Ex-Trump Aide George Papadopoulos Heading to Jail After Judge Rejects Bid for Delay
George Papadopoulos, the onetime Trump campaign aide whose guilty plea last year was the first obtained by Special Counsel Robert Mueller, must begin serving a two-week jail term on Nov. 26, a federal judge ruled.
Papadopoulos had asked U.S. District Judge Randolph Moss in Washington to delay his incarceration pending the outcome of another man’s challenge to the legality of Mueller’s appointment, currently before a federal appeals court. The special counsel opposed the request, arguing that Papadopoulos himself had surrendered his right to appeal as part of his plea deal with prosecutors and had offered no legal basis to justify a postponement.
Moss denied the ex-aide’s request Sunday, saying Papadopoulos agreed not to appeal the sentence and can’t rely on the outcome of an appeal he’s not a part of. He also waited until the last minute requesting the postponement, not giving the court sufficient time to review the case, the judge said.
“Papadopoulos waited until the eleventh hour to seek relief; indeed, he did not file his second motion — the stay request — until the last business day before he was scheduled to surrender to serve his sentence,” Moss wrote. “Papadopoulos has not identified any extenuating circumstances — nor is the court aware of any—that would overcome the presumption against granting such an eleventh-hour stay.”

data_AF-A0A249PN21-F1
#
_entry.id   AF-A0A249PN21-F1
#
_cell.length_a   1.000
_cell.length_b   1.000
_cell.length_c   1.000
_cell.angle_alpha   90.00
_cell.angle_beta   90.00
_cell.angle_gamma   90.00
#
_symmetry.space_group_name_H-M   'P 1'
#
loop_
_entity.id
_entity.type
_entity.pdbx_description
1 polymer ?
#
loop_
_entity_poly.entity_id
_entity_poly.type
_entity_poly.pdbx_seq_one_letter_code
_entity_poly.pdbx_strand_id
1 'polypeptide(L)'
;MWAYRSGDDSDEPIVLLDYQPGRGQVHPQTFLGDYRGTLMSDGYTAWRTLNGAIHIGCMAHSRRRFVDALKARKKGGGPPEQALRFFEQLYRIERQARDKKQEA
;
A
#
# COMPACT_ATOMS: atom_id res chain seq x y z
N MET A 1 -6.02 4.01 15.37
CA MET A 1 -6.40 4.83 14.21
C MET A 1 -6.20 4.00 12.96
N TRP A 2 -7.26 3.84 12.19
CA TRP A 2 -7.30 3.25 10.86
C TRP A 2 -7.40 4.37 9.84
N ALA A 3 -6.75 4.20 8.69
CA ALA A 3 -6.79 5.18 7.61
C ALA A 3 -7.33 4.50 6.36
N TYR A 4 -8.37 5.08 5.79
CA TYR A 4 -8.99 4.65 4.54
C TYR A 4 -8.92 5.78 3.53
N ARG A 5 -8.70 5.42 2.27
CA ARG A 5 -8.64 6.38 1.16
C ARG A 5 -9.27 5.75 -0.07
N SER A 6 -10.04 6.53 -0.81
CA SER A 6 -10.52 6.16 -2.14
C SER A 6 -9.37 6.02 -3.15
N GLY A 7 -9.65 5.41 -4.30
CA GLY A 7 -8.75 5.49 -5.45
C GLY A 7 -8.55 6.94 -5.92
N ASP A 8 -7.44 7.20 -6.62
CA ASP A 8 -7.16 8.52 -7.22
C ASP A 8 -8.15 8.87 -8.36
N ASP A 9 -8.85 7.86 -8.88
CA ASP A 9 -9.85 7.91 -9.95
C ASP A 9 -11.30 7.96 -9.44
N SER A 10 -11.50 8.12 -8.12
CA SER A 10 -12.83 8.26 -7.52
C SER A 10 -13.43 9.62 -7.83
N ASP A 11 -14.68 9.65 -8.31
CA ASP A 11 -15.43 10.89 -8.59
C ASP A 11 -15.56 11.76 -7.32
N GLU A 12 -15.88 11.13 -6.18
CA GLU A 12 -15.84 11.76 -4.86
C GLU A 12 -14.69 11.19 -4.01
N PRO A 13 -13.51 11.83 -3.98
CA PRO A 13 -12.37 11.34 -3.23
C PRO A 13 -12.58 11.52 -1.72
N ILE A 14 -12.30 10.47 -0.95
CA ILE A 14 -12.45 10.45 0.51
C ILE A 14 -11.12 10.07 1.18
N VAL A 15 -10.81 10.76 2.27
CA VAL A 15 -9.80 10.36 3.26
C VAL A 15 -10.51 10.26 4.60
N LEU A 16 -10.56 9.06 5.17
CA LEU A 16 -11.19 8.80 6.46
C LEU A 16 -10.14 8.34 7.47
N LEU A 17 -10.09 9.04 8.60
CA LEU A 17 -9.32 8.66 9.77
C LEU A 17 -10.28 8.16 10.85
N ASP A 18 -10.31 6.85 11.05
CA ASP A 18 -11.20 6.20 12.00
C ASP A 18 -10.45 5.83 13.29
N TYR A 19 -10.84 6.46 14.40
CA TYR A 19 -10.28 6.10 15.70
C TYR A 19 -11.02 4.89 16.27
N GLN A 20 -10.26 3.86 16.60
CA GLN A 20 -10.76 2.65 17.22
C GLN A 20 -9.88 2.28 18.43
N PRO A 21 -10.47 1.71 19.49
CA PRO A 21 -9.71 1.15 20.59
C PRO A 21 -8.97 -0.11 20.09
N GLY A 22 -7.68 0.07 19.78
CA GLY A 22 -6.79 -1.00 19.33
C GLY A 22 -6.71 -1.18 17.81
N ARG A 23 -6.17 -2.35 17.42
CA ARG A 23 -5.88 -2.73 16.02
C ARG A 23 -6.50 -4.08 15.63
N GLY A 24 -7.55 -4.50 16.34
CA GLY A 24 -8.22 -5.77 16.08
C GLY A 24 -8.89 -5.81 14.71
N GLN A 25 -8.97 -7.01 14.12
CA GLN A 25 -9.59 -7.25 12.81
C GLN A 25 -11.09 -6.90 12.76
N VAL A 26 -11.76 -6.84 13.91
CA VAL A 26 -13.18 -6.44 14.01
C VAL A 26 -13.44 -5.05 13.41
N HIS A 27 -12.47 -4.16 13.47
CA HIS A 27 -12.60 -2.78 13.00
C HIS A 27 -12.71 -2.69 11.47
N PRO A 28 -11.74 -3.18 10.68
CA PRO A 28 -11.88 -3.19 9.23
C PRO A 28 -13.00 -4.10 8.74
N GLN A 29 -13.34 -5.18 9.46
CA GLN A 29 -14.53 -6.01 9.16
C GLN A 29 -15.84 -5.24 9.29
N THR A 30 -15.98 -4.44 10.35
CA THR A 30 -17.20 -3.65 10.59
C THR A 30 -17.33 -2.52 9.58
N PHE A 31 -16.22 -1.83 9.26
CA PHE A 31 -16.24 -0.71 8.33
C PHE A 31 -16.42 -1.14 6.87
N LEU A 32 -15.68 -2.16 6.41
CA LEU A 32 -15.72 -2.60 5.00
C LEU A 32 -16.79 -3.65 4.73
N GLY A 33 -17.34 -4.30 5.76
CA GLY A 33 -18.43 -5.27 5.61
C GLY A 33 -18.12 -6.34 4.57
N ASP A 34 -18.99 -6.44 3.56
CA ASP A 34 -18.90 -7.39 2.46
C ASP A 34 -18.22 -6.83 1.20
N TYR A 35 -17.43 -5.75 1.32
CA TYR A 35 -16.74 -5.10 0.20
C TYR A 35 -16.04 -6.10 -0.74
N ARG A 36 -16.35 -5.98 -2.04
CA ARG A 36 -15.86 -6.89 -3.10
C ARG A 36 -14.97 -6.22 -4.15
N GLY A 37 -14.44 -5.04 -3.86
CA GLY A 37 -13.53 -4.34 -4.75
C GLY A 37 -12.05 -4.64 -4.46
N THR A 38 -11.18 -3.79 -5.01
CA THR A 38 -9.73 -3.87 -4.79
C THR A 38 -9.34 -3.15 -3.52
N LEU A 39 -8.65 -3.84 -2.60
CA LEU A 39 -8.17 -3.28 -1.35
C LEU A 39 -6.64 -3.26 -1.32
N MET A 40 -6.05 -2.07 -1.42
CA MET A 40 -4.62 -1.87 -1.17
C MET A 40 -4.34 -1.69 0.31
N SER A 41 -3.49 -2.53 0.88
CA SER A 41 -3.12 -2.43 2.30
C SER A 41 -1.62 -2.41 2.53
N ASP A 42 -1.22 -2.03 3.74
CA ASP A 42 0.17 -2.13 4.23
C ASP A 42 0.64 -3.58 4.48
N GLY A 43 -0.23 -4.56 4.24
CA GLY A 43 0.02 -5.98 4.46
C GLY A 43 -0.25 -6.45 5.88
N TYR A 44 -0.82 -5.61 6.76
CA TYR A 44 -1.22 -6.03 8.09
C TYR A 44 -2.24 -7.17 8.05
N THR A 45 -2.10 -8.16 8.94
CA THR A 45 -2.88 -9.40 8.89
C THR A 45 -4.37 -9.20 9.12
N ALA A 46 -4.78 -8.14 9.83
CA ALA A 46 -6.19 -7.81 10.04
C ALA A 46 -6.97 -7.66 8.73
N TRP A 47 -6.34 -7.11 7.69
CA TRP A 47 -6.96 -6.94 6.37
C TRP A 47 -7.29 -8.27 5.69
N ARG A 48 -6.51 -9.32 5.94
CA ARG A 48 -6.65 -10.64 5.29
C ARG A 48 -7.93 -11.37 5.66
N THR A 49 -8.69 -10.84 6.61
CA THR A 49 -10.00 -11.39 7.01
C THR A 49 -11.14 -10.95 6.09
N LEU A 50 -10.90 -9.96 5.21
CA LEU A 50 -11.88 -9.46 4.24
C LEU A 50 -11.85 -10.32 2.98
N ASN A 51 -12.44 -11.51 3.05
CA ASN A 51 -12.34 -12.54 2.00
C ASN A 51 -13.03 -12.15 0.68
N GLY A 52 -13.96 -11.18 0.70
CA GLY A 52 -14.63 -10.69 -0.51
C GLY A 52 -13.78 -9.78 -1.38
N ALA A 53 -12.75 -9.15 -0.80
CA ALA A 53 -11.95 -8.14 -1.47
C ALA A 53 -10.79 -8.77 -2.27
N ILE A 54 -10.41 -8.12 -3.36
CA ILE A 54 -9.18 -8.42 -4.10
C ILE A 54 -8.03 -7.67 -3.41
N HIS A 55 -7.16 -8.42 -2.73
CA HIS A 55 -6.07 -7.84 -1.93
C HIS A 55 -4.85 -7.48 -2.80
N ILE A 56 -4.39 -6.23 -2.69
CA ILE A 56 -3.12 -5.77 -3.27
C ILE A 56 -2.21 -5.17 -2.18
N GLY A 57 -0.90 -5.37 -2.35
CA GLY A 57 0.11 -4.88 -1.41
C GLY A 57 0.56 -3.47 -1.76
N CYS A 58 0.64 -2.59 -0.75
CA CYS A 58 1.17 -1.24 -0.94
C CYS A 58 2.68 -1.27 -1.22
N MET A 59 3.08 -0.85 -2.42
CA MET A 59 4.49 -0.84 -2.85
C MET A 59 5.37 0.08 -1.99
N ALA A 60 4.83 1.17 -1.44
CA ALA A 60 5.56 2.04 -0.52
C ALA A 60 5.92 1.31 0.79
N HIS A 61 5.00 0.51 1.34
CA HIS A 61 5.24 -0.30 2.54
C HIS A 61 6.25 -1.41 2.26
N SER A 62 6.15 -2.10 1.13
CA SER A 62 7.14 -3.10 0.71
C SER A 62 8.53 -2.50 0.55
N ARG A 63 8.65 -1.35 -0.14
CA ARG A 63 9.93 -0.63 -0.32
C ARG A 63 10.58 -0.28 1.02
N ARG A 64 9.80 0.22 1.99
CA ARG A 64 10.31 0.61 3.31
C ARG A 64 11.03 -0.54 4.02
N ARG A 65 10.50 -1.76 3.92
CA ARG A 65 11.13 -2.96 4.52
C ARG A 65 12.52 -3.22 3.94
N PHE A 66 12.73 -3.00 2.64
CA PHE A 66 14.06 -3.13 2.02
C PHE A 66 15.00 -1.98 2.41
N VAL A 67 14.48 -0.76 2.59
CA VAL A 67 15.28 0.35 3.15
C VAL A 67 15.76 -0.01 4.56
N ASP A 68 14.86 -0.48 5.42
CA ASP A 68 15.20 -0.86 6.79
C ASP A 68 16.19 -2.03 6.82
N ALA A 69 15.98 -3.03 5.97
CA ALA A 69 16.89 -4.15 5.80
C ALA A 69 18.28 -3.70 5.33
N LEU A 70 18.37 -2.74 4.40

Papadopoulos, who served on the Trump campaign as a foreign policy adviser, admitted lying to federal agents last year about the timing of his contacts with a U.K.-based professor who claimed to know Russian in possession of dirt on Trump’s 2016 election opponent, Hillary Clinton. Moss sentenced him to a two-week term in September after Papadopoulos had said he was a good man who’d made “a dreadful mistake.”
But, in subsequent social media posts and a TV appearance, Papadopoulos repudiated his admission of guilt and claimed investigators set a trap to catch him in a lie, actions noted by Mueller in his opposition to the postponement request.
Underlying the ex-aide’s request was a fight initiated by Andrew Miller, who spurned a Mueller grand jury subpoena in favor of a court battle over the legality of the special counsel’s appointment. A three-judge panel heard argument in that case on Nov. 8. It has not yet issued a ruling.
The case is U.S. v. Papadopoulos, 17-cr-182, U.S. District Court, District of Columbia (Washington).